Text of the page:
The Englicious Glossary includes the new National Curriculum glossary terms, which are shown against a white background. However, there's much more to be found here:

  • we have added many entries that we feel are important, but cannot be found in the NC Glossary (e.g. connective), and
  • in many cases we have added information to the (often very brief) NC entries that need further explanation (e.g. clause and phrase).

Please note that in line with our practice throughout the site, we use capital letters for function terms such as Subject, Direct Object, Indirect Object, Modifier, etc. Although this convention is not followed in the documentation published by the Department for Education we have also done so in the text that forms part of the National Curriculum Glossary.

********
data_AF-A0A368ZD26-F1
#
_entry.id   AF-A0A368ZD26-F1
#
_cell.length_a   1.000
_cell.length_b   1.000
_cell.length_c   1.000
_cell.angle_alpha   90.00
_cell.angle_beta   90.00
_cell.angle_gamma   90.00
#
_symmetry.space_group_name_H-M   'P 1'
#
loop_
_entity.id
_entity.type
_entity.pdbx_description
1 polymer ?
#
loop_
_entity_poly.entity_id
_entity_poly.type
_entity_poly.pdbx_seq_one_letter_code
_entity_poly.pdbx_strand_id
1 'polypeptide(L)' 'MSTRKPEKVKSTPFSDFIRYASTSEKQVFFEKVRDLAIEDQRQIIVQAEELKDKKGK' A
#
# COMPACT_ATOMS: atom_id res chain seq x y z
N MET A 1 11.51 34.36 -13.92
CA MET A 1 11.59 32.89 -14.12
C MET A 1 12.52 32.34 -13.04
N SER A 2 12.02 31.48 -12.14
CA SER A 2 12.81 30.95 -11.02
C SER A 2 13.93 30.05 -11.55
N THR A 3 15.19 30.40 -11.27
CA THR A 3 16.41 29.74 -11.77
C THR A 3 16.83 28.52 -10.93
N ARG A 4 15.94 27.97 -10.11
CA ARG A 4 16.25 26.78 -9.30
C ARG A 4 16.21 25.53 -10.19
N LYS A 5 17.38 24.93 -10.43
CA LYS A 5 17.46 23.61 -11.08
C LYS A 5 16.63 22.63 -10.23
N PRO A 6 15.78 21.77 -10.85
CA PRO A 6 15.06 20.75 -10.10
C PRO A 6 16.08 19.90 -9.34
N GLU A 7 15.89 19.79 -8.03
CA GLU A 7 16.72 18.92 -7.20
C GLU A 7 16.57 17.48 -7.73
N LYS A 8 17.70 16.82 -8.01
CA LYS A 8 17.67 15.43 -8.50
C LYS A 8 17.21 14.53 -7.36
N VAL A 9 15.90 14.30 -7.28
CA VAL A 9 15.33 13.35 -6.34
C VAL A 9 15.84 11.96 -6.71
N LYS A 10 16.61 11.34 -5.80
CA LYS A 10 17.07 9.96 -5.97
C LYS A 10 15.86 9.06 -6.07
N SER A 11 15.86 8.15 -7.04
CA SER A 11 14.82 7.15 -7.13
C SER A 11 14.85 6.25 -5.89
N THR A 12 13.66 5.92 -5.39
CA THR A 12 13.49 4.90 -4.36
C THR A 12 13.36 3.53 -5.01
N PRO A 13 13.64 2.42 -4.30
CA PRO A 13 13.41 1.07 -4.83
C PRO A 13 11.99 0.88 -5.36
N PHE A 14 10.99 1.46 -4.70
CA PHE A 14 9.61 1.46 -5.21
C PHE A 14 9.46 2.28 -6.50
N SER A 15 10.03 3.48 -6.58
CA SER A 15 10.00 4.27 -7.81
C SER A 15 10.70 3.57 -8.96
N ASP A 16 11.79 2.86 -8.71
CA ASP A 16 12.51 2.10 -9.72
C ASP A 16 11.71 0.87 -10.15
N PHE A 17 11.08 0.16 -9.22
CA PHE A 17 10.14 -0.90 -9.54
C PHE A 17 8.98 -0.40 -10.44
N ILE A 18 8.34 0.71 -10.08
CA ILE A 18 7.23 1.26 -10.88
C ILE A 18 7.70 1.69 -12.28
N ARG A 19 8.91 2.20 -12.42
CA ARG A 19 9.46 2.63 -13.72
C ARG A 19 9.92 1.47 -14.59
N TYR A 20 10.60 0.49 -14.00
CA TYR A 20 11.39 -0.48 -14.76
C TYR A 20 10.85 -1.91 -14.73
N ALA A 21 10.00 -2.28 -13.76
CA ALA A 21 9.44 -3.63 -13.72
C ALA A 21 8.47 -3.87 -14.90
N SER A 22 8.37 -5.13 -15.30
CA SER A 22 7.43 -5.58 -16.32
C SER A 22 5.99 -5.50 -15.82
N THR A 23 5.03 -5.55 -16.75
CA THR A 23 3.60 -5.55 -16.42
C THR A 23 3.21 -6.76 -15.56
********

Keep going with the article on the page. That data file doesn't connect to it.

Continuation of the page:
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A label for the main use (or discourse function) of an interrogative clause. For example, Will you dance with me? is an interrogative structure which can be used as a question to elicit either a ‘yes’ or ‘no’ response. Other clause types can also be used to ask questions, e.g. the declarative clause You will dance with me? This would normally be used to make a statement, but can be used as a question if it is pronounced with a rising intonation. See also clause type, command, directive, statement.

question word

A word such as who, what, why, and when used in interrogative clauses, typically to ask questions (e.g. Who called you? What did you eat for breakfast?).
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